Friday 30 May 2014

Looking at Photographs

photo collage

In my role as a teacher of art techniques to adults, my beginner students often ask me why I object to their working from photographs, and my more advanced students ask me why I don’t let them begin a work from a photograph. My reasons are these:

If students are beginners, they do themselves terrible harm by learning from other people’s photographs. A photograph only appears to capture reality. In fact, it is the result of the photographer’s choices and not at all objective. The view of the subject will be one-directional from the photographer’s placement in space, not the artist’s, it will have a relationship to the ground and the horizon from the photographer’s height, not the artist’s, and it will capture the atmosphere from the photographer’s emotional response, not the artist’s. It will also be a record of the photographer’s technique, experience and knowledge of the subject, not the artist’s.
Given the photographer’s choices, many details can be lost in shadows, absent because of the perspective, unseen due to overlapping and hidden or distorted for a number of other reasons. Therefore, if students rely on photographs to ‘see’, they will be misinformed. Any expressiveness they render in their own version of the photograph’s image will be based on pre-determined choices, and any interpretation they attempt will be compromised. If, for instance, the student is painting a portrait and the face is in ¾ view in the photograph, the student who does not already know facial anatomy will flatten it, guaranteed.
If students are beginners, they do themselves equal harm by learning from photographs of other people’s works. Photographs of paintings rarely can show the exact hues in the original, they flatten its brushwork and they reduce its scale. Photographs of sculptures render a three-dimensional object flat, even if the object is well lit, defeating the purpose of the work At any rate, there is little benefit for a beginner to copy in this way because as well, the photograph is a photographer’s reaction to an artist’s work, what the students see is a translation of a translation which they then attempt to translate a third time. There is an object; an artist creates a painting of it; a photographer photographs the painting; the student paints from the photograph. Again, the learning will be compromised.
Of course artists must at times rely on photographs, and may choose to do so for stylistic reasons. A sculptor might use a series of them to hold on to a model’s pose beyond the model’s endurance, a landscape artist may use them to capture the exact moment of the day being depicted. As much as possible, in these instances, I urge students to take their own photographs. Even if the photographs are not ‘expert’ and especially if the student is not also a photographer, the photographs will record the student’s actual experience and act as a reminder of the subject not as the subject itself. The photograph is then only a memory aid while the student learns all the skills needed to transform what is depicted into a work of art.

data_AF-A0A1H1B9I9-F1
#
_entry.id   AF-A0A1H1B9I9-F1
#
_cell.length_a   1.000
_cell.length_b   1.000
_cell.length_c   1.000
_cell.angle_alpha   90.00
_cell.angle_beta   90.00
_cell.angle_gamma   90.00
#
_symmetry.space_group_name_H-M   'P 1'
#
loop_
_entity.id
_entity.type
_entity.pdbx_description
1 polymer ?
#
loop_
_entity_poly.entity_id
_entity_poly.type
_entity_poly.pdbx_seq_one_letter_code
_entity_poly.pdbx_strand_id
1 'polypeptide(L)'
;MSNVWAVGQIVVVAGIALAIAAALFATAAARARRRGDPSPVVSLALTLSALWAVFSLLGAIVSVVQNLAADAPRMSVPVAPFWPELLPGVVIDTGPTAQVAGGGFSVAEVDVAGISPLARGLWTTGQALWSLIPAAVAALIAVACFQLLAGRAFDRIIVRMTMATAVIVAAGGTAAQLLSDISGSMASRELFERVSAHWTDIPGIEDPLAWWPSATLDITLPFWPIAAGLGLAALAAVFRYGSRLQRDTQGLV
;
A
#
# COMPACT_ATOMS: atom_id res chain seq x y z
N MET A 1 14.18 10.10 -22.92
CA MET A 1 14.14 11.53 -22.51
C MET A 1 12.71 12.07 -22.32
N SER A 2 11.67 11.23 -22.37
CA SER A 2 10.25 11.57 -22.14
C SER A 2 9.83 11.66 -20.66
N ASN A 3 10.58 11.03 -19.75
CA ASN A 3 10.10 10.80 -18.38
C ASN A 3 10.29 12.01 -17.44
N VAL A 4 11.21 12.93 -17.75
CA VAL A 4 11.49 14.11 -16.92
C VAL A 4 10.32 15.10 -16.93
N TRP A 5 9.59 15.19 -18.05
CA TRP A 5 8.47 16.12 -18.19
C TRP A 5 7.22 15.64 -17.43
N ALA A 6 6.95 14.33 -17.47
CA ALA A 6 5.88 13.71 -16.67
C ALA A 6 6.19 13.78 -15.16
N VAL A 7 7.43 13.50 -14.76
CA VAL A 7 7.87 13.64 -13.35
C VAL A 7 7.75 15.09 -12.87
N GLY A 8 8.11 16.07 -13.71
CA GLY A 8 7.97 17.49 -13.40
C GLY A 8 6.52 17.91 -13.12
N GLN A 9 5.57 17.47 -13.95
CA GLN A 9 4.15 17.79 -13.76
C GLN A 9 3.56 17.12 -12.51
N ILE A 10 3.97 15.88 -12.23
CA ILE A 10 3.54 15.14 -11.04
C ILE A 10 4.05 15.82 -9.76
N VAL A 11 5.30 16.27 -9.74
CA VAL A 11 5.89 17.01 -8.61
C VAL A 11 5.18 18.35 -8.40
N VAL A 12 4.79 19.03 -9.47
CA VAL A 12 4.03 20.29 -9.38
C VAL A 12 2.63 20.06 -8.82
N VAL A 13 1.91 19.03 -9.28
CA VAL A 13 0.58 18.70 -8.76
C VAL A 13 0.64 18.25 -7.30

Sometimes it is impossible to take one’s own photograph. For instance, a realist working in Montreal might refer to stock photographs of an African lion found online to complete a painting. Or, an abstract painter might refer to stock images of a storm at sea to interpret nature’s fury.  In these cases, I encourage the students to use multiple photographs by a variety of photographers so that they might choose the details or elements that best express their own intent in composing their images. Importantly, this will also help students avoid accusations of plagiarism or appropriation of photographs not in the public domain.
In any case, I never teach beginners from photographs. Whether I teach them to draw, sculpt or paint, we always begin by working ‘from life’, be it a still life, a model, in situ for a landscape or any number of other subjects. In this way, I not only teach them the rendering techniques and about the materials, but also help them develop their visual memory and their understanding of three-dimensional space. I reserve the use of photographs for my more advanced students, to be used as reference and reminder once the work is underway.
My students pay me not only to teach then art techniques but also to develop their visual literacy, their creativity and as importantly, sustainable working habits. Problem solving from direct experience is the best way to achieve this, no matter what the level.

No comments:

Post a Comment